UK offers $18bn loan to prevent Hitachi walking away from Wylfa nuclear scheme

The British government has offered to arrange a loan of $18.2bn to persuade Hitachi to press on with plans to build two reactors at the decommissioned Wylfa Newydd nuclear power station in Wales.

Hiroaki Nakanishi, the chair of Hitachi, met with Theresa May in London last Thursday to ask for greater UK state support for the project, including direct lending and loan guarantees to reduce the project’s borrowing costs.

The company is also looking for an increase in the price that will be paid for the 2.9GW of electricity that is eventually generated at Wylfa.

At the end of last month, Hitachi said it was looking to sell a majority stake in Horizon Nuclear Power, the company set up to carry out nuclear work in the UK by two German utilities, but which is now wholly owned by the Japanese engineer.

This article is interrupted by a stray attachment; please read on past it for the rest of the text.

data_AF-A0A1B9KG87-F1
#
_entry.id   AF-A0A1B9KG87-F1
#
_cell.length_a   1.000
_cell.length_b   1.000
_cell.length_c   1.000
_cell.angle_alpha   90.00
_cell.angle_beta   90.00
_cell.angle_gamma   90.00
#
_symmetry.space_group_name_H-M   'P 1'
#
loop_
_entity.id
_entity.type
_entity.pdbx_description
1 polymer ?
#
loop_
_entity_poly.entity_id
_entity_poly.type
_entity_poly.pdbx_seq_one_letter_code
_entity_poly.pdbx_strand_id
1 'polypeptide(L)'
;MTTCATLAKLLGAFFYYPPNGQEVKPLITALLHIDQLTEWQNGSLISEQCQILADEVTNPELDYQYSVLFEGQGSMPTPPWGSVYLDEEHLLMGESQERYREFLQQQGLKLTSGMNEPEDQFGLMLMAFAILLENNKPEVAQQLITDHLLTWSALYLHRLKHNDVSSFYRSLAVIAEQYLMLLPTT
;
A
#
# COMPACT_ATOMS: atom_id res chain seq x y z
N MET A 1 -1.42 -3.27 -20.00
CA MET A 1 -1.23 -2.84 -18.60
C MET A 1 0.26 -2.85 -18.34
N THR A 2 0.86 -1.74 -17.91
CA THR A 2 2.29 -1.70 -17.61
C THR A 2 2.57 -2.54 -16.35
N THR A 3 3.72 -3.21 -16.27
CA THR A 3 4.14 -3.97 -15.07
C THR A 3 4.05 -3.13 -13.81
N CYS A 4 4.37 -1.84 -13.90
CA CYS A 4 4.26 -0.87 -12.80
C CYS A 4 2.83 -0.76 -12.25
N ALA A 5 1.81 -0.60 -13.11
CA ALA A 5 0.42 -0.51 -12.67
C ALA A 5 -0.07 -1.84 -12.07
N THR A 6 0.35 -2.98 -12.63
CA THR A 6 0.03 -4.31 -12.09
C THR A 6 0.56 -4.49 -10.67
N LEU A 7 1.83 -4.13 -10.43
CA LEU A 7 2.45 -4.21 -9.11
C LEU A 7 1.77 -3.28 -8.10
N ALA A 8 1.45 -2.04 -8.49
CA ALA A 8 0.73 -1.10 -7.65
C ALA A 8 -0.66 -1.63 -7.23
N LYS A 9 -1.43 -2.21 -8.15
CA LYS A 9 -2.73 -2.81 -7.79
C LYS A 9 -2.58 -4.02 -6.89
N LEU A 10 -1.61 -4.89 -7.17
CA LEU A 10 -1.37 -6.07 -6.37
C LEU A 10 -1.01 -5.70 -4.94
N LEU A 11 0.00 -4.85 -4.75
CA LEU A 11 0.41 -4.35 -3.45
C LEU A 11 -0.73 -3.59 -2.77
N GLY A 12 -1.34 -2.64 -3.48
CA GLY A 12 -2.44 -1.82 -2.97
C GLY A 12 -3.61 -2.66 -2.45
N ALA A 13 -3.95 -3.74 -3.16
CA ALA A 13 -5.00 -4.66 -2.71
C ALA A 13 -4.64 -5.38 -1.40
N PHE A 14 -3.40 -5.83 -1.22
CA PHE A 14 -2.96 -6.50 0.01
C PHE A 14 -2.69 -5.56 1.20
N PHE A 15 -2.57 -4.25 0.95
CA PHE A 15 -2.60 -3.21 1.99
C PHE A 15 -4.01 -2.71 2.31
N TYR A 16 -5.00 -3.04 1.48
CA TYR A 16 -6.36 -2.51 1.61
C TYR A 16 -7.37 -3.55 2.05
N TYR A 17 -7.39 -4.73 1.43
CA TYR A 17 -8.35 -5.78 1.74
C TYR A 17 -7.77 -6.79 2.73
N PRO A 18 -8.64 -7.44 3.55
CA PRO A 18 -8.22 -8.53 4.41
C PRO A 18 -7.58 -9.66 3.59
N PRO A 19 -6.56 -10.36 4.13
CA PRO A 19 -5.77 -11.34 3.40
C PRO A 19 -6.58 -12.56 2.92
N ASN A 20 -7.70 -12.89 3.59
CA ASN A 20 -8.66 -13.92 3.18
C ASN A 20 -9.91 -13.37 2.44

Hitachi’s decision followed a review that put the cost of construction at about £20bn, which it regarded as more risk than it could bear.

London has been trying to revive Hitachi’s enthusiasm for the scheme by putting forward ways to reduce its financial exposure. A failure to build a Wylfa, following on from the difficult birth of the EDF’s Hinkley Point C project in Somerset, would cast doubt on the UK’s plan to build a third generation of reactors at the UK’s nuclear sites.

The Nikkei Asian Review reports that the British government will submit a formal proposal to the Japanese in the next few days, after which the Hitachi board will make a final decision about the scheme before the end of May.

Hitachi has already invested about £1.3bn in reactor designs and construction preparations. If construction work begins next year, as scheduled, it will complete in the mid-2020s.

Image: Horizon Nuclear Power’s rendering of the Wylfa site

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  1. Socially gathered funds used to underwrite tender winning Contracs is farcical I hope this guarantees a strong agreement for the workers or at least adherence to the relevant National agreement NAECI

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